Georgetown Loop

Washington D.C.

"Let us therefore brace ourselves to our duties, and so bear ourselves that, if the British Empire and its Commonwealth last for a thousand years, men will still say, 'This was their finest hour.'"
"Let us therefore brace ourselves to our duties, and so bear ourselves that, if the British Empire and its Commonwealth last for a thousand years, men will still say, 'This was their finest hour.'"

M Street NW and Wisconsin Avenue NW are the main streets in Georgetown, and their intersection is ground zero for this hike. Both are extremely traffic choked, so it is recommended that you only cross them at crosswalks with a light. (And that you take public transportation when not walking.) Otherwise you will discover Georgetown’s favorite passtime (other than jogging and biking): Beeping. They beep like most people breath.

The Georgetown University cross country team went down the Exorcist Steps considerably slower than Father Karras.
The Georgetown University cross country team went down the Exorcist Steps considerably slower than Father Karras.

Note that all streets in the District are designated NW, NE, SW and SE, and when referring to location it is important to indicate quadrant. This walk occured entirely in Northwest.

I started off heading west on M St. West of Wisconsin Ave., it is mostly shops; east of Wisconsin Ave. has more restaurants. Where the Key Bridge empties onto M St., I turned north up the Exorcist Steps. (The opposite direction travelled by Father Karras. ;-) ) At the top of the Exorcist Steps, I turned left onto Prospect St., then the next right onto 37th St., proceeding in front of Georgetown University’s Healy Hall — site of another Exorcist movie scene. I went north across campus, seemingly passing a hand cleanser station every 100 ft., to Reservoir Rd. I went west on Reservoir Rd., past the gated French Embassy, to the corner of 44th St., where I turned north into the woods of Archibald Parkway.

The path was dirt, but smooth and wide. The city sounds quickly faded to silence. About a half mile later, I turned right onto the signed Whitehaven Trail. After a short, steep, climb, I passed the Whitehaven Community Garden, crossed 37th St., went up another short, steep climb, then continued east past Holy Rood Cemetery to Wisconsin Ave.

I went straight across Wisconsin Ave. Just past a few office buildings, I turned south onto the dirt paths of Dumbarton Oaks Park. At a small wood bridge, I turned left, back north, behind the Danish Embassy, to the US Naval Observatory (USNO). Not sure where to go next, legally, I turned right onto Whitehaven St, proceeding past a number of smaller embassies (Sri Lanka, Poland, etc.). At Massachusetts Ave., I turned left proceeding up Embassy Row, past some bigger embassies, and the statue of Winston Churchill. At the entrance to the USNO, I crossed the street, returning southeast along the opposite side of the street, past the Khalil Gibran memorial, to the foot of Massachusetts Ave., at the Rock Creek Parkway bridge.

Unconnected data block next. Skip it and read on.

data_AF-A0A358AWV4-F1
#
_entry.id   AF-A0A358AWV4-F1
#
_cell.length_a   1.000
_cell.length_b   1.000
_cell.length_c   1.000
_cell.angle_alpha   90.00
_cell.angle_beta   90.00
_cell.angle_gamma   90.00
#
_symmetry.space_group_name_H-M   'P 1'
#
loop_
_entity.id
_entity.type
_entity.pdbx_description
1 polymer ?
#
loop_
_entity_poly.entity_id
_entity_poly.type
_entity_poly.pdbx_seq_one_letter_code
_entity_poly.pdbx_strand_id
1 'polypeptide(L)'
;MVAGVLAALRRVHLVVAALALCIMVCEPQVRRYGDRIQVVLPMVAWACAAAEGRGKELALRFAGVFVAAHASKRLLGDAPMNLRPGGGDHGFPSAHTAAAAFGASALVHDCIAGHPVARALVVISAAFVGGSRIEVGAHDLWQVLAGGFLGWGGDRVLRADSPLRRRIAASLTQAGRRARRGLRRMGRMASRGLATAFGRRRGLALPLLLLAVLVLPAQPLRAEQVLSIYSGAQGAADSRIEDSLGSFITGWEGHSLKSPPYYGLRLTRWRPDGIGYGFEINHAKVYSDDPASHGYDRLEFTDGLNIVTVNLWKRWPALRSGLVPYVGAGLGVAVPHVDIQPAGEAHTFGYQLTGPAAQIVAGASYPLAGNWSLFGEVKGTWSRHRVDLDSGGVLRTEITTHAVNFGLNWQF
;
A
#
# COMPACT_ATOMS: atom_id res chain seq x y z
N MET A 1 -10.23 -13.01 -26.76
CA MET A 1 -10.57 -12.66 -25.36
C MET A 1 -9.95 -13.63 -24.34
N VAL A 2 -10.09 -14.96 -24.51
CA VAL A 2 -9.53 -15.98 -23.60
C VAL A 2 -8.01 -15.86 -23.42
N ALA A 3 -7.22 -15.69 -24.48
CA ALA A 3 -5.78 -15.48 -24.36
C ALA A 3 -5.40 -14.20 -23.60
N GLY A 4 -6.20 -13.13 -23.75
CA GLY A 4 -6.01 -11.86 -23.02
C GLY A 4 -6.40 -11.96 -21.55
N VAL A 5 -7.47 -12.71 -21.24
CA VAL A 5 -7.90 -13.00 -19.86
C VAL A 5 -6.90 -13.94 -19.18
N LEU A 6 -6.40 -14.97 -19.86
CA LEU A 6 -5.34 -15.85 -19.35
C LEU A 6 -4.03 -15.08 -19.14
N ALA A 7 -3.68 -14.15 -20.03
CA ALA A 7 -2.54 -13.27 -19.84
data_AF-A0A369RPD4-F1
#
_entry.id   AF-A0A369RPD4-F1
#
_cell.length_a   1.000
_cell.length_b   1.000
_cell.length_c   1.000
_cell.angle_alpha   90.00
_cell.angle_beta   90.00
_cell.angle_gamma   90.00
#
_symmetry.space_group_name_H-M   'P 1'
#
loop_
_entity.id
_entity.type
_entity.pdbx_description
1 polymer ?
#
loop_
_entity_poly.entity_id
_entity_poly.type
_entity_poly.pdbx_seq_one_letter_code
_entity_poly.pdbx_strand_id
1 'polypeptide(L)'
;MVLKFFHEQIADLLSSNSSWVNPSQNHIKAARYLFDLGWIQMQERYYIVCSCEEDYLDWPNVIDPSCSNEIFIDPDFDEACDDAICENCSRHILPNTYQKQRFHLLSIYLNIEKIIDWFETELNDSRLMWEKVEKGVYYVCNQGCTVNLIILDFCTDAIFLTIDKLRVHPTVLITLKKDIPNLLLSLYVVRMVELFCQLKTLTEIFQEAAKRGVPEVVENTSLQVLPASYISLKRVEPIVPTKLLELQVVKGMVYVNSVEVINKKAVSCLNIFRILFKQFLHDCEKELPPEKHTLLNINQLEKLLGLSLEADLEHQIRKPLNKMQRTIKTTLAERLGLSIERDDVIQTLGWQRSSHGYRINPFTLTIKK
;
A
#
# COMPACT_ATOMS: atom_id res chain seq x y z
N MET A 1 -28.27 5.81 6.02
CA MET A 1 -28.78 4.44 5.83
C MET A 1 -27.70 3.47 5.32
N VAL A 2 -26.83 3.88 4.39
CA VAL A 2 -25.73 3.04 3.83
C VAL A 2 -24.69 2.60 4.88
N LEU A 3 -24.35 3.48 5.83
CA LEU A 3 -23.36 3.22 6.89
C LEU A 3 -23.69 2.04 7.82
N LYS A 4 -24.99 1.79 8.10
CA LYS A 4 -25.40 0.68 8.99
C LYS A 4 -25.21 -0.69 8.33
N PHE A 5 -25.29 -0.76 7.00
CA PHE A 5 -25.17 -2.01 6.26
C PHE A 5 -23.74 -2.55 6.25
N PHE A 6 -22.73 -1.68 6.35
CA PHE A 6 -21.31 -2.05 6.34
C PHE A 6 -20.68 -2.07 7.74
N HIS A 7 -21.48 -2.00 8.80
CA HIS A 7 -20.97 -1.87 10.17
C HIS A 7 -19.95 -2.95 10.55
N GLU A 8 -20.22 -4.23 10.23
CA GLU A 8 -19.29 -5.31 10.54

The Kahlil Gibran memorial.
The Kahlil Gibran memorial.

I’m not sure where the best way to get down to the Rock Creek Parkway path is: I went south down Waterside Dr. I follow the paved foot/bike path until I saw the Watergate Hotel. Incredible eye candy along Rock Creek Parkway! 8-O .

I crossed Rock Creek, proceeding west along the Potomac River walk. There are a number of historical markers, consisting of photos etched in granite, to enjoy. I spent a few minutes watching crew races on the river. Just short of the Key Bridge, I turned right up a small side street, diverting across a pedestrian bridge to the Francis Scott Key memorial. After crossing back over the bridge, I proceeded east along the C&O Canal tow path to the next pedestrian bridge at 33rd St. From there, it was just a few minutes back to our hotel, the Georgetown Inn.

I've also hiked the C&O Canal in Harper's Ferry, and biked it in Hancock.
I’ve also hiked the C&O Canal in Harper’s Ferry, and biked it in Hancock.

Things that stood out to me:

  1. Georgetown is like a combination of 1860s border-south and San Francisco in many ways: Architecture; cost; traffic; restaurants; hills; attractive, athletic, professional members of the opposite sex, etc. (If you are single, move there!)
  2. Lots of people ride bikes (there is a bike share), jog, or walk dogs — noticeably more so than in Phoenix.
  3. They love beeping their car horns, often for no apparent reason. :roll:
  4. There are cops everywhere, even well away from the White House. (I didn’t take as many embassy photos as I planned, because I got paranoid someone would freak out.)
  5. Once you get into the parks, you don’t hear traffic noise like you would on, say, Trail 100 in the Phoenix Mountains Preserve. (Probably because the trees abosorb it.)
  6. People wait in line, all day long for cupcakes. :roll:

GPS File: Georgetown_Loop

Distance: 8.14 mi.

AEG: 872 ft.

Time: 2h 35m

Holy Rood Cemetery
Holy Rood Cemetery

Be the first to comment

Leave a Reply

Your email address will not be published. All comments held for moderation.


*


Shares